Of the thru-hikers who decide to embark on the full challenge of the Pacific Northwest Trail, more often referred to as the PNT, most travel from east to west and begin their journey in Glacier National Park. The first 55 miles take you through the breathtaking scenery of Glacier National Park before crossing the North Fork Flathead River and reaching Polebridge, Montana, the first resupply town along the way. The journey through Glacier can be done in two to three days if the hike warrants a quick pace, but given the incredible landscape on this part of the trail and some of the later stretches of the journey that are long and at times monotonous, taking an extra day in the national park isn't a bad way to get started.
The trail officially starts at the border of Canada, where the northern terminus of the Continental Divide Trail reaches its end. Make sure your permit is in order and your campsites are reserved for the days you'll be traveling through Glacier National Park. Thru-hikers should stop at one of the park's many ranger stations before beginning the hike. The ranger station nearest to the trail's official beginning is the Saint Mary Visitor Center off of Highway 89 at the northern end of Saint Mary Lake. Most hikers choose to start the trail in late June, which is late enough that most of the snow will have melted. However, be sure to check in on conditions well ahead of that start of your trip, and be prepared for some late season snow cover.
Glacier National Park has numerous regulations to follow regarding how to protect yourself from wildlife, both bears and other critters that may want to get into your food. These are for your safety and for the health of animals that live here. Hikers must obey all restrictions, trail closures, and travel with the proper equipment, especially for bear safety in Glacier National Park. Hikers should carry bear spray and know how to use it in face-to-face encounters with a grizzly bear along the trail. Follow all requirements on food storage, and make sure you are carrying the proper bear canisters. Some parks discourage or prohibit the use of Ursacks, even though they are liked by hikers for their versatility compared with the more rigid bear canisters. The Glacier National Park website has information you will need to review to plan your trip and in-depth information on backcountry camping while you're in the park.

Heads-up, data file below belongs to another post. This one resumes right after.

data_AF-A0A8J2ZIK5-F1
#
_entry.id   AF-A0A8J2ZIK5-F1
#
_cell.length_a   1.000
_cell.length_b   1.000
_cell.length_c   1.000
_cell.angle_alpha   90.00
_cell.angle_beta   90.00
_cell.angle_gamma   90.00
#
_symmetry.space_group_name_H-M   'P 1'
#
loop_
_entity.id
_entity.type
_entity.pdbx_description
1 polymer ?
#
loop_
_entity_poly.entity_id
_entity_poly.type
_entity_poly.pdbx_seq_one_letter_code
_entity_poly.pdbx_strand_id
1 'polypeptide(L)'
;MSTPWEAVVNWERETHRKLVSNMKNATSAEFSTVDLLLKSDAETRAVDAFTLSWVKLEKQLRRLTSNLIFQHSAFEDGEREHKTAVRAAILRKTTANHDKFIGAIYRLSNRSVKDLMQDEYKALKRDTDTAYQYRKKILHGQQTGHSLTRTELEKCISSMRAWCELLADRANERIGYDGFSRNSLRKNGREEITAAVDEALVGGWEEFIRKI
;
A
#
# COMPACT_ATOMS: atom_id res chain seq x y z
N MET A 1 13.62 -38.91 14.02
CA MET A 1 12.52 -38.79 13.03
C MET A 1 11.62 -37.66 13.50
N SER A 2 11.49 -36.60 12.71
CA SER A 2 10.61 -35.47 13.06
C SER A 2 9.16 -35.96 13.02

The main PNT route through Glacier National Park follows the Continental Divide Trail (CDT) for 19 miles until reaching the junction with the Watertown Valley Trail. Here the PNT heads north, while the CDT continues south. Near the junction is a spur trail up Porcupine Ridge to the fire lookout, a challenging detour that is worth taking if you have the time and want some impressive views from up high in the park. The fire lookout is still used by park staff in the summer months and gets few visitors.
At Brown's Pass you have reached the point where the PNT crosses the Continental Divide itself. From here the main trail continues southeast on the Bowman Lake Trail and runs for over 6 miles along a scenic section of Bowman Lake. This is Glacier National Park at its finest, with high rocky mountain cliffs that flank the clear blue lake water. At the end of Bowman Lake the trail turns to road for a 9-mile walk into the town of Polebridge. This is the first of what will be many long road walks on the PNT.
An official alternate route heads east from Brown's Pass on the Boulder Pass Trail. This extended route takes you alongside Kintla Lake and Upper Kintla Lake and requires a small off-trail travel section after crossing the North Fork Flathead River as well as a 15-mile walk on Forest Service roads to reach Polebridge.
Some thru-hikers choose to walk all of the roads, while many others hitch or coordinate with the few but growing number of trail angels that provide shuttles to and from the towns that dot the course of the trail. Unlike other popular thru-hikes, the resupplies for the trail are mainly done by purchasing food from grocery stores in the trail towns along the course of the PNT. Most towns offer sufficient options in the small grocery stores to replenish supplies for a week or more, and they offer enough options for a variety of diets.
The town of Polebridge is a slight exception. The Polebridge Mercantile offers fresh sandwiches and baked goods, but it isn't a large grocery store that offers all you might want in a resupply. For most, however, it should be sufficient to cover you until you reach Euraka, Montana, 70 miles further west on the trail. Polebridge is also known for the Northern Lights Saloon and has a few B&B-style inns. Interestingly, Polebridge is an electricity-free community, which brings a great dose of personality to the small town on the western edge of Glacier National Park.
For additional details, refer to the following PNT sections: